Toddler Tales: Tantrums
The world is falling apart and nothing can fix it. Unless you have a snack and about 15–40 minutes, then this could pass. That’s right I said 40 minutes. A record my son holds in our house for the longest tantrum. Last night it was like the hulk was in my bathroom, throwing things around in frustration. It ended in exhaustion and wanting to take his shoes to bed with him. At that point I had no fight left in me.
This is the hardest part of parenting, the tantrums. They exhaust everyone who is there to witness it, if you're lucky its in the privacy of your own home, or not so lucky in the middle of the pumpkin patch. The beauty of the tantrum you can almost predict it like a hurricane coming up the coast. We’ve been outside for about 45 minutes, pushing an hour riding on our favorite ride on car, and throwing our favorite ball around. There is a look in a toddlers eye. (I like to call it the fresh-air exhaustion look.) You begin to brace yourself for impact. You think, okay, by the time we get inside, all hell is going to break loose and there isn't much I’m going to be able to do about it. The sun is setting, and its going to get cold so we can’t stay out here forever. Bribery gets us through the front door, with promises of dinner and a juice box. You turn the corner into the kitchen, and the calm before the storm hits. Then it goes down hill at 100 mph.
I have spent multiple lunch breaks reading about how to combat these tantrums. Get on their level, be stern and stand your ground, or let them flop on the floor like a fish. I tend to let them try and sort it out. Let him develop some sort of coping skills because I feel like he may have better skills than I do one day. I let him flop until he is red in the face and feel like I need to interfere, and other times, my man is smart. He will take himself to his room and stand next to his bed, holding on the slats of his crib and will wait for me to put him in it. Granted, not every tantrum is like that, those are usually my lucky ones. Tantrums are like that one ride at the amusement park you use to be able to ride, but now cant. It gets exhausting. This is where I plug in the fact that, this small piece of toddler life alone, is enough to earn Mom a break to herself. Whether it is a shower ALONE, or just five minutes sitting in the closet so she doesn't pull her hair out.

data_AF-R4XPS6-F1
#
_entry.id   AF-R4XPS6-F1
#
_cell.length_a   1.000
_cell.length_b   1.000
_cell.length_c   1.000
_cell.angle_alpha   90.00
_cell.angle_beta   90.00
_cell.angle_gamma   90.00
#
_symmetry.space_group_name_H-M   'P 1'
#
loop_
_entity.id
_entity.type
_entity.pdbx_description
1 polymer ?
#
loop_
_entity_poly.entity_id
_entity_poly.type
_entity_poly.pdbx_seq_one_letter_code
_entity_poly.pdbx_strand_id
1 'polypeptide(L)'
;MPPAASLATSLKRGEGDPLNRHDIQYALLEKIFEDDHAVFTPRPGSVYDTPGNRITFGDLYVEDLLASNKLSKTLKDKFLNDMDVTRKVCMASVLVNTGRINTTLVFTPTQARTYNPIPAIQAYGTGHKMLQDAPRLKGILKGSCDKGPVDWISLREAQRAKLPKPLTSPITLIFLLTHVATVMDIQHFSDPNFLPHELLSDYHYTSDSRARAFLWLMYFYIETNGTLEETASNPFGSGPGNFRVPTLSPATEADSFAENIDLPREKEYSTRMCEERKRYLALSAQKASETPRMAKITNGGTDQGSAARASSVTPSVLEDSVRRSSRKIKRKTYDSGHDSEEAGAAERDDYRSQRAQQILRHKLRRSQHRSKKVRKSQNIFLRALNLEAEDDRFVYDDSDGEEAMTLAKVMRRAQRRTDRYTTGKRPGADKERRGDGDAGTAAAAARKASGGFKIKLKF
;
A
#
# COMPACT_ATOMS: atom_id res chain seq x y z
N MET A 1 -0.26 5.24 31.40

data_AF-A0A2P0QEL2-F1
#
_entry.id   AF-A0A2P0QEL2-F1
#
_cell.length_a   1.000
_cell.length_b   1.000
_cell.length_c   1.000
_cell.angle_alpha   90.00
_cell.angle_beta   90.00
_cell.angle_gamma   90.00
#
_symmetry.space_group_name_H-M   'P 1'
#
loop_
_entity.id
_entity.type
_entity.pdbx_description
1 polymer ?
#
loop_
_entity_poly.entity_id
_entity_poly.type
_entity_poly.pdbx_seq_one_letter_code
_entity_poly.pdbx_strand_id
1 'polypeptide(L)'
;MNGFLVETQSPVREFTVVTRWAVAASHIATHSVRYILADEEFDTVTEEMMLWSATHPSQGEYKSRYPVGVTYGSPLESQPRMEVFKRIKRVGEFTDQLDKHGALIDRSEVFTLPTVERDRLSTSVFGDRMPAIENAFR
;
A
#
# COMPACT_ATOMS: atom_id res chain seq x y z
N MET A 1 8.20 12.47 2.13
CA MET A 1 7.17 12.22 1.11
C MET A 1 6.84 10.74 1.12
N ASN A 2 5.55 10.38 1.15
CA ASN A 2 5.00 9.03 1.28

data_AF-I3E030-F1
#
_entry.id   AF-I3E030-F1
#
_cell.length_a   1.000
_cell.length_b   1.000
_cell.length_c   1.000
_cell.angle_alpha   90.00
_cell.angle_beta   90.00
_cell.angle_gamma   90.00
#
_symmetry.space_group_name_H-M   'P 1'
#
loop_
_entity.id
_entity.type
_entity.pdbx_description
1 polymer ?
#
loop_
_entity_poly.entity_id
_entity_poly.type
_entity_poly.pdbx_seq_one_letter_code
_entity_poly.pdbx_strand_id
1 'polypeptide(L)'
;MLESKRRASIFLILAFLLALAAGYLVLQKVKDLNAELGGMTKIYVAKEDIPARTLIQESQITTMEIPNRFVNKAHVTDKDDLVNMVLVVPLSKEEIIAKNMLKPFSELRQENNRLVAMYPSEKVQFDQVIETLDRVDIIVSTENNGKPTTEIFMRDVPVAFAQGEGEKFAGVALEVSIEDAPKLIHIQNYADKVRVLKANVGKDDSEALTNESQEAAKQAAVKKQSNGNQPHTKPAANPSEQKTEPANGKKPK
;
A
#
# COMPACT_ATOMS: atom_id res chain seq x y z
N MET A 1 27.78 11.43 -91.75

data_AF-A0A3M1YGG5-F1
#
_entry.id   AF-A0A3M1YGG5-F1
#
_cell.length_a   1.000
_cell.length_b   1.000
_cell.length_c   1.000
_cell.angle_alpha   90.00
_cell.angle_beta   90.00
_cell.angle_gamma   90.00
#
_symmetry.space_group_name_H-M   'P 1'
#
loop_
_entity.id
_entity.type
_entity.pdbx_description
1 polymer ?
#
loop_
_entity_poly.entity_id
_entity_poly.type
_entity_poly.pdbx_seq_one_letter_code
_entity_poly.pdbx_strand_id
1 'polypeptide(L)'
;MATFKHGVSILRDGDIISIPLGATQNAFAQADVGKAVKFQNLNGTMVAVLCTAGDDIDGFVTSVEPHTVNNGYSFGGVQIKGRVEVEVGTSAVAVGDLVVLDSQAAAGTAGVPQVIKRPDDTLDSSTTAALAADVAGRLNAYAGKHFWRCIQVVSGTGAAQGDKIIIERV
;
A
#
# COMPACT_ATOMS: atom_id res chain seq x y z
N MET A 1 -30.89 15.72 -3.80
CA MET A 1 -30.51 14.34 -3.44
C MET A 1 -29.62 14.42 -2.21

There is a slightly humorous tone to tantrums, and a lot of us have been there. The tantrums that you can’t really do much more than laugh at. Leo’s most recent was angrily clinging on to his smelly shoe he decided to bring to bed. I tried to get it from him and replace it with his favorite bear. He immediately fell to the ground, flopping and screaming. I gave in and just let him sleep with his shoe (whatever).
There is actually a really funny post going around on Facebook about parents and their children's absolutely hilarious tantrums. Which not only makes me feel better about my child going mildly insane for a very small and mundane reason. It helps me feel like I am not alone in this journey (which obviously you are not alone, but I think you get where I’m coming from). It brings a sense of normalcy to it, that it doesn't last forever. A brief, yet unforgettable time for a parent. Just to throw this out there, I don’t think a parent should be judged or feel embarrassed about how they let their children “fall out.” Its something that happens and everyone seems to forget that it is normal, and there is no way around it. Not every kid handles it the same either. So buckle in, its a wild, wild ride.
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